September 17, 2019

Ticks Cause of New Hampshire Moose Deaths

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But, people calling themselves biologists insist on using non scientific, nonsense about man-caused global warming to explain increased numbers of ticks.

A New Hampshire Fish and Game biologist is encouraging Granite State moose lovers to get involved in the fight against climate change so the species can continue to live here.

According to Kristine Rines, warm winters are causing parasites to decimate the moose population. In response, Fish and Game is considering cutting the number of available moose permits.

I wonder if these people even understand that there is a difference between weather and climate? The average Joe looks out the window and sees little snow and experiences temperatures this winter as being above normal. Because of brainwashing, they think what they are seeing is something called “global warming” – a political ruse designed to steal tax dollars and control human masses.

There is no real scientific evidence to support man-caused climate change. In reality, real science is showing that we are in a cooling trend and that trend may continue for several more years. This comes on the heels of a decade of warming. The weather outside today has little to do with climate change.

I also wonder if any of these scientists have actually done any research on the winter tick, or do they just echo the lies being fed to them that snow and cold will kill the tick? It is repeated, like a broken record, that to ease the mortality of moose (because environmentalists, anti-hunters, moose watchers, and brainwashed “biologists” think tons of moose for everyone to see from their vehicles is good) we need to have longer, colder, snowier winters. The duration of cold and the amount of cold is nearly impossible to achieve anywhere in the lower 48 states.

There are few scientific studies on the winter tick. Most of what exists is nothing but repeated theories perpetuated by environmentalist in order to further instill fear in people over a fake crisis called global warming/climate change. However, what studies that do exist, tell us that winter ticks have been around for a long time and are widespread, to exist in climates as warm as Texas and as cold as the Yukon.

The repeated myth that cold, snowy winters will kill the ticks and thus allow the populations of moose to grow, is not supported scientifically. Winter Ticks on Moose and Other Ungulates: Factors Influencing Their Population Size – William M. Samuel and Dwight A. Welch, tells us that there is not scientific evidence to indicate that the winter ticks alone kill moose. It is the existence of circumstances, combined with the existence of ticks and their quantities, that contribute to moose mortality.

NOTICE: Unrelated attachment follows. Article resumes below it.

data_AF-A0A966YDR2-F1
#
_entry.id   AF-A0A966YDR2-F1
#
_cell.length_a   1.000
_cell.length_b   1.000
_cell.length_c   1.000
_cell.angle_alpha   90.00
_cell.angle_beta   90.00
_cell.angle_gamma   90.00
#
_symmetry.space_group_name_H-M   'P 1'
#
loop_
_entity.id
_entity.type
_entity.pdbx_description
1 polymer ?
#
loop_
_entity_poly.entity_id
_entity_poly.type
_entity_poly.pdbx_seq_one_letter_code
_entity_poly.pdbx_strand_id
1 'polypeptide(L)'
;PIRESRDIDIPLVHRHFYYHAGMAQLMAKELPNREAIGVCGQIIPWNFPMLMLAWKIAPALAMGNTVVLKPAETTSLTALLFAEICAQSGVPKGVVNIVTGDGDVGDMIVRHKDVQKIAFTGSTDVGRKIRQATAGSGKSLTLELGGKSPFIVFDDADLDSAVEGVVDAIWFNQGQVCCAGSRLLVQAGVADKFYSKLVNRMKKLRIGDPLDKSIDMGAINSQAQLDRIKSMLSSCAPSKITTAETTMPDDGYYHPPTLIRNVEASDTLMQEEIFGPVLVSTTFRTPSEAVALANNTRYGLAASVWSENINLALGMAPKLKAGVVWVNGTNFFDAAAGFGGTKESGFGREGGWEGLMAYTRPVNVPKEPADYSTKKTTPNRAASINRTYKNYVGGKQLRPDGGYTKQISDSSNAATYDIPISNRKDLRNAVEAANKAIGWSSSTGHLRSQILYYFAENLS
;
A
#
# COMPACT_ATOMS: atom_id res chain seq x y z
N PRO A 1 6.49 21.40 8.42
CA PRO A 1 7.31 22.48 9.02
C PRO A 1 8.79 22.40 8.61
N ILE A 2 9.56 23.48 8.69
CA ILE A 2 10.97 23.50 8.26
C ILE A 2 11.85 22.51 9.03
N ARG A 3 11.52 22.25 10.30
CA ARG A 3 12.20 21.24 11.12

Biologists and others cry out for the need of cold and snowy weather, when, in actuality, they may be seeking a death wish for the moose. Tick-infested moose, the result being loss of protective hair and anemia, are extremely susceptible to severe cold, especially the later in the winter it appears.

Samuel and Welch tell us also that in order for cold weather to have a negative effect on the winter ticks you need 6 consecutive days in which the temperature does not exceed 1.4 degrees Fahrenheit. We simply don’t realize or refuse to learn that these ticks are extremely hardy and resilient. There are other weather related conditions that can be more effective in reducing tick infestation of moose.

We are told that in late summer, these ticks begin climbing vegetation. When a moose walks by, the ticks attach themselves to the moose for the long winter ride. The study showed that during this vegetation climb, if windy weather persists, the wind easily knocks the tick off the vegetation and then they must begin the long arduous climb back up the vegetation. If this persists, it can greatly reduce the number of ticks that get on the backs of moose.

What is almost never discussed when talking about ticks is that in order for the tick to survive, it needs a blood meal host, i.e. the moose. This tick does cling to other animals but moose are more susceptible to ticks because of poor grooming habits. Why then, with the tick needing a blood meal host, is it not discussed that perhaps we are trying to grow moose numbers to a population level that is simply to high?

It has been suggested that perhaps locating moose “licks” – a mineral or salt block – that contains a chemical to kill the ticks after moose feed from the lick. This may be a good idea or not. If we then essentially rid the country of winter ticks, what are the residual effects of the greater ecosystem? Do we know?

While growing moose or any other game animal to artificially high numbers, may have its benefits, maybe we are fight against Mother Nature instead of understand and working with her.

It is, however, idiotic and irresponsible to continue the mantra of climate change, climate change, climate change. We can blame climate change until we vomit but it will never address the scientific realities we face. The climate is always changing. It has always changed and it will continue to change. What then is the difference in how we are choosing to deal with winter ticks? I don’t think it’s that difficult after you are willing to be a scientist seeking truthful answers.

BUT DON’T GO LOOK!!

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